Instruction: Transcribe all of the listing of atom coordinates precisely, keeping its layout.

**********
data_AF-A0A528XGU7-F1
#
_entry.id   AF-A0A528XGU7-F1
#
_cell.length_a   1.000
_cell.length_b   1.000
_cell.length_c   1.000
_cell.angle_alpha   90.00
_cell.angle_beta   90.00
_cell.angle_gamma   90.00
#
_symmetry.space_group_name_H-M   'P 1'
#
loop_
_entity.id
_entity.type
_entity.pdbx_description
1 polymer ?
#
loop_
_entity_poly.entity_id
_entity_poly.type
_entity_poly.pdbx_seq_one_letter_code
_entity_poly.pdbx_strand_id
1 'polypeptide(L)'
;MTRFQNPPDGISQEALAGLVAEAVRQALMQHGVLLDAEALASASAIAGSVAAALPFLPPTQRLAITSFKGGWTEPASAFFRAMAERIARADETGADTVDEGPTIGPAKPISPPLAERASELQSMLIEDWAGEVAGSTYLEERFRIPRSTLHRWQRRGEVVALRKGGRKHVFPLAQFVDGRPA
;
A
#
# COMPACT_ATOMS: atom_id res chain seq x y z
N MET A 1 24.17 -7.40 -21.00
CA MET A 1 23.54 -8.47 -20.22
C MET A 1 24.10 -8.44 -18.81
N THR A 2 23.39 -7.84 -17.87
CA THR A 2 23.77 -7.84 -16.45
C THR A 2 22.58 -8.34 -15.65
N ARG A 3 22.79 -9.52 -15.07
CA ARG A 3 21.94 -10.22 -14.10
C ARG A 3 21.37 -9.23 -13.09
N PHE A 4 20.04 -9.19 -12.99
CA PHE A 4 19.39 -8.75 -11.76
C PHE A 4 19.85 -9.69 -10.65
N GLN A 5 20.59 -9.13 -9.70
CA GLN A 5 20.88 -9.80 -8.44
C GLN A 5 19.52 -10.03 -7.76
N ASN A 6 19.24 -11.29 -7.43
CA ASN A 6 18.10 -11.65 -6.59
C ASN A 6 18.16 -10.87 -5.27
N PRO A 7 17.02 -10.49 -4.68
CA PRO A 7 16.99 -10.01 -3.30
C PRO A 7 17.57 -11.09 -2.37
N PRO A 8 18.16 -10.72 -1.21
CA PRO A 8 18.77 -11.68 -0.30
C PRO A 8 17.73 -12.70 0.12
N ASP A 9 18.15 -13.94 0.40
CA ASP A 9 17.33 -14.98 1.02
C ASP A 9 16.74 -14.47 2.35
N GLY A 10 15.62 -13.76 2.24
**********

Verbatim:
data_AF-A0A528XGU7-F1
#
_entry.id   AF-A0A528XGU7-F1
#
_cell.length_a   1.000
_cell.length_b   1.000
_cell.length_c   1.000
_cell.angle_alpha   90.00
_cell.angle_beta   90.00
_cell.angle_gamma   90.00
#
_symmetry.space_group_name_H-M   'P 1'
#
loop_
_entity.id
_entity.type
_entity.pdbx_description
1 polymer ?
#
loop_
_entity_poly.entity_id
_entity_poly.type
_entity_poly.pdbx_seq_one_letter_code
_entity_poly.pdbx_strand_id
1 'polypeptide(L)'
;MTRFQNPPDGISQEALAGLVAEAVRQALMQHGVLLDAEALASASAIAGSVAAALPFLPPTQRLAITSFKGGWTEPASAFFRAMAERIARADETGADTVDEGPTIGPAKPISPPLAERASELQSMLIEDWAGEVAGSTYLEERFRIPRSTLHRWQRRGEVVALRKGGRKHVFPLAQFVDGRPA
;
A
#
# COMPACT_ATOMS: atom_id res chain seq x y z
N MET A 1 24.17 -7.40 -21.00
CA MET A 1 23.54 -8.47 -20.22
C MET A 1 24.10 -8.44 -18.81
N THR A 2 23.39 -7.84 -17.87
CA THR A 2 23.77 -7.84 -16.45
C THR A 2 22.58 -8.34 -15.65
N ARG A 3 22.79 -9.52 -15.07
CA ARG A 3 21.94 -10.22 -14.10
C ARG A 3 21.37 -9.23 -13.09
N PHE A 4 20.04 -9.19 -12.99
CA PHE A 4 19.39 -8.75 -11.76
C PHE A 4 19.85 -9.69 -10.65
N GLN A 5 20.59 -9.13 -9.70
CA GLN A 5 20.88 -9.80 -8.44
C GLN A 5 19.52 -10.03 -7.76
N ASN A 6 19.24 -11.29 -7.43
CA ASN A 6 18.10 -11.65 -6.59
C ASN A 6 18.16 -10.87 -5.27
N PRO A 7 17.02 -10.49 -4.68
CA PRO A 7 16.99 -10.01 -3.30
C PRO A 7 17.57 -11.09 -2.37
N PRO A 8 18.16 -10.72 -1.21
CA PRO A 8 18.77 -11.68 -0.30
C PRO A 8 17.73 -12.70 0.12
N ASP A 9 18.15 -13.94 0.40
CA ASP A 9 17.33 -14.98 1.02
C ASP A 9 16.74 -14.47 2.35
N GLY A 10 15.62 -13.76 2.24